Under Indiana law, a person commits theft when he or she "knowingly or intentionally" exerts "unauthorized control" over another person's property, with the intent to deprive the other person of the value or use of the property. (Ind. Code Ann. § 35-43-4-2.)
So, what does "unauthorized control" mean? According to Indiana law, a person’s control over property is "unauthorized" if it it is exerted under one of the following conditions (among others):
Prosecutors in Indiana have the discretion to charge most theft-related offenses as either "conversion" (a Class A misdemeanor) or “theft” (a Class D felony). (Ind. Code Ann. § 35-43-4-2, § 35-43-4-3).
Unlike many other states, Indiana does not make any formal distinction among theft offenses (conversion or theft) based purely on the value of the property.
Indiana law also establishes advisory sentences for each level of felony offense. An advisory sentence is a guideline sentence that a court may voluntarily consider, which falls midway between the minimum sentence and the maximum sentence for the offense. (Ind. Code Ann. § 35-50-2-1.3.)
Let’s take a closer look at the different levels of theft-based offenses in the state of Indiana.
Class A Misdemeanor Theft in Indiana. There is no "petty theft" statute in Indiana. Rather, Indiana law refers to this level of theft offense as “conversion,” which is a Class misdemeanor. A person who commits a Class A misdemeanor may receive a term of imprisonment of not more than one year, as well as a fine of not more than $5,000. (Ind. Code Ann. § 35-50-3-2.) The court may suspend any portion of a Class A misdemeanor sentence. (Ind. Code Ann. § 35-50-3-1.)
Most routine theft cases are charged as Class D felonies under Indiana law. Auto theft and receiving stolen auto parts also are crimes classified as Class D felonies in Indiana. (Ind. Code Ann. § 35-43-4-2.5.)
A person who commits a Class D felony will receive a sentence of imprisonment that ranges between six months and three years, with the advisory sentence being one and one-half years. The court may suspend any portion of a Class D felony theft conviction, unless fewer than three years have elapsed since the person was released from probation, parole, or incarceration for a prior unrelated felony. (Ind. Code Ann. § 35-50-5-2.) In that case, the sentence of imprisonment may be suspended only if home detention is ordered. In addition, the person may have to pay a fine of not more than $10,000. (Ind. Code Ann. § 35-50-2-7.)
If a person has committed a Class D felony, the court may decide to show leniency by entering judgment of conviction as a Class A misdemeanor, and sentencing the person accordingly. Such leniency is not an option if, within the previous three years, the person has committed a prior, unrelated felony for which judgment was entered as a conviction of a Class A misdemeanor.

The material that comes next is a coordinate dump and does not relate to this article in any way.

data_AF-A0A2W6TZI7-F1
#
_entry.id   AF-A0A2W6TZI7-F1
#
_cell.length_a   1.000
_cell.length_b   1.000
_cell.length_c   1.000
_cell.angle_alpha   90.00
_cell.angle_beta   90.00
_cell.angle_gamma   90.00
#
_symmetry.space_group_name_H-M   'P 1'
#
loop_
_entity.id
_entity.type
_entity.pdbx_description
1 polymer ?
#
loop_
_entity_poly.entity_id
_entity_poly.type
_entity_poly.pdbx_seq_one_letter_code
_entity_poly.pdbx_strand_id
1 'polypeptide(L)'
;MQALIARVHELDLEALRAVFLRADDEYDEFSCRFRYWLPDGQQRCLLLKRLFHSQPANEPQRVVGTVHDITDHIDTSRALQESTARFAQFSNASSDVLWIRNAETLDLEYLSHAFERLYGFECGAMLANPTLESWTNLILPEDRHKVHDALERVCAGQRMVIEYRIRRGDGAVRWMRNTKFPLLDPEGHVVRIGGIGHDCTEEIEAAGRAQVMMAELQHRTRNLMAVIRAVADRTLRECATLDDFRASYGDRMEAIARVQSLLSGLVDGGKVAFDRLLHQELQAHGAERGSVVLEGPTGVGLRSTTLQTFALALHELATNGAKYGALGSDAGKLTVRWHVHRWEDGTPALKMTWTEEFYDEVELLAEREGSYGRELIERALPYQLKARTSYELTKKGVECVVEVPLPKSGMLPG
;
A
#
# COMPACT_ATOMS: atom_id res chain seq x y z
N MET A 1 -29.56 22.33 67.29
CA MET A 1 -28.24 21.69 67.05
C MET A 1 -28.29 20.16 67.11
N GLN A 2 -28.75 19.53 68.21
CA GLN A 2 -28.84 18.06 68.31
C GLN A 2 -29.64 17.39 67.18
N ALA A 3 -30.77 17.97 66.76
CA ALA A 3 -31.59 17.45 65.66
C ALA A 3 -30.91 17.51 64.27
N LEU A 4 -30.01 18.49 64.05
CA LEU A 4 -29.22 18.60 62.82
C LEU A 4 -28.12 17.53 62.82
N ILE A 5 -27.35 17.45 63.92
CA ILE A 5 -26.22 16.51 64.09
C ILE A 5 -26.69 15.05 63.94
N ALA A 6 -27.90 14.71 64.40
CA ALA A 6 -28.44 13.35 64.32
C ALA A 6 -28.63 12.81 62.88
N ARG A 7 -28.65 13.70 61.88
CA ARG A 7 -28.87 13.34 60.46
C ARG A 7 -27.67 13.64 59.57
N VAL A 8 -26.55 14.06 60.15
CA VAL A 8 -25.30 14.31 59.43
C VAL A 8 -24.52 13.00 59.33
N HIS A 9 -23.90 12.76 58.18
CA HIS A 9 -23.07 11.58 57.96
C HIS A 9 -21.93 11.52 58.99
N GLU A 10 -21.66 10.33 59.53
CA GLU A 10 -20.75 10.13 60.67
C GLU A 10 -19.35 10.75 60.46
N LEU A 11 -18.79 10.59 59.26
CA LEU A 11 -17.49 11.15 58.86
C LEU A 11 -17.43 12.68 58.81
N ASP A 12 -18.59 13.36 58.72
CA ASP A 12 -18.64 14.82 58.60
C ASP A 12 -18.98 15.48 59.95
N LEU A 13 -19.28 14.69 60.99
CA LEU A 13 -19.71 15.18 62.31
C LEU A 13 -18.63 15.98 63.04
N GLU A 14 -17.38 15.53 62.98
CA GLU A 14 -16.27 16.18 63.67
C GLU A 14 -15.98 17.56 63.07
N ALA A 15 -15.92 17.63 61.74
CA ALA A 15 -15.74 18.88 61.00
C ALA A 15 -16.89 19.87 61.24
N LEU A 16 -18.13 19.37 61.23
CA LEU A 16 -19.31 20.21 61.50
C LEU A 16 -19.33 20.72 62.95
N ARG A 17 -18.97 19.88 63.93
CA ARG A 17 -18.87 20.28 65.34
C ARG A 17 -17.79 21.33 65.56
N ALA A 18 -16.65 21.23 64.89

Class C Felony Theft in Indiana. A theft offense will rise to the level of a Class C felony if the theft (or the theft-related offense of receiving stolen property), involves one or more of the following:
A person who commits a Class C felony will receive a term of imprisonment of between two and eight years, with the advisory sentence being four years. Any portion of the sentence of imprisonment ordered for a Class C felony may be suspended, unless fewer than seven years have elapsed since the person was discharged from incarceration, probation, or parole for a prior unrelated felony. In addition, the person may receive a fine of not more than $10,000. (Ind. Code Ann. § 35-50-2-6.)
Prosecutors typically charge most minor shoplifting offenses as "conversion" under Indiana law, a Class A misdemeanor (Ind. Code Ann. § 35-43-4-3.) Additionally, a company or store owner victimized by shoplifting may bring a civil action against a person who has committed shoplifting, or against the parent or legal guardian of a minor who has committed shoplifting. In this case, the amount of monetary damages awarded to the store owner will be no more than three times the amount of actual losses, plus reimbursement for the costs of bringing the action and reasonable attorneys' fees. (Ind. Code Ann. § 34-24-3-1.)
A theft offense in Indiana will almost certainly result in a Class D felony charge if, within the previous three years, the person has committed a prior, unrelated felony for which judgment was entered as a conviction of a Class A misdemeanor. Additionally, some crimes that normally qualify as Class D felonies -- such as auto theft -- become Class C felonies when the person has a prior conviction for the same crime or any theft-related offense. Conduct your own legal research or speak to an Indiana criminal law attorney to understand more about the impact of prior theft-related convictions on a subsequent theft charge.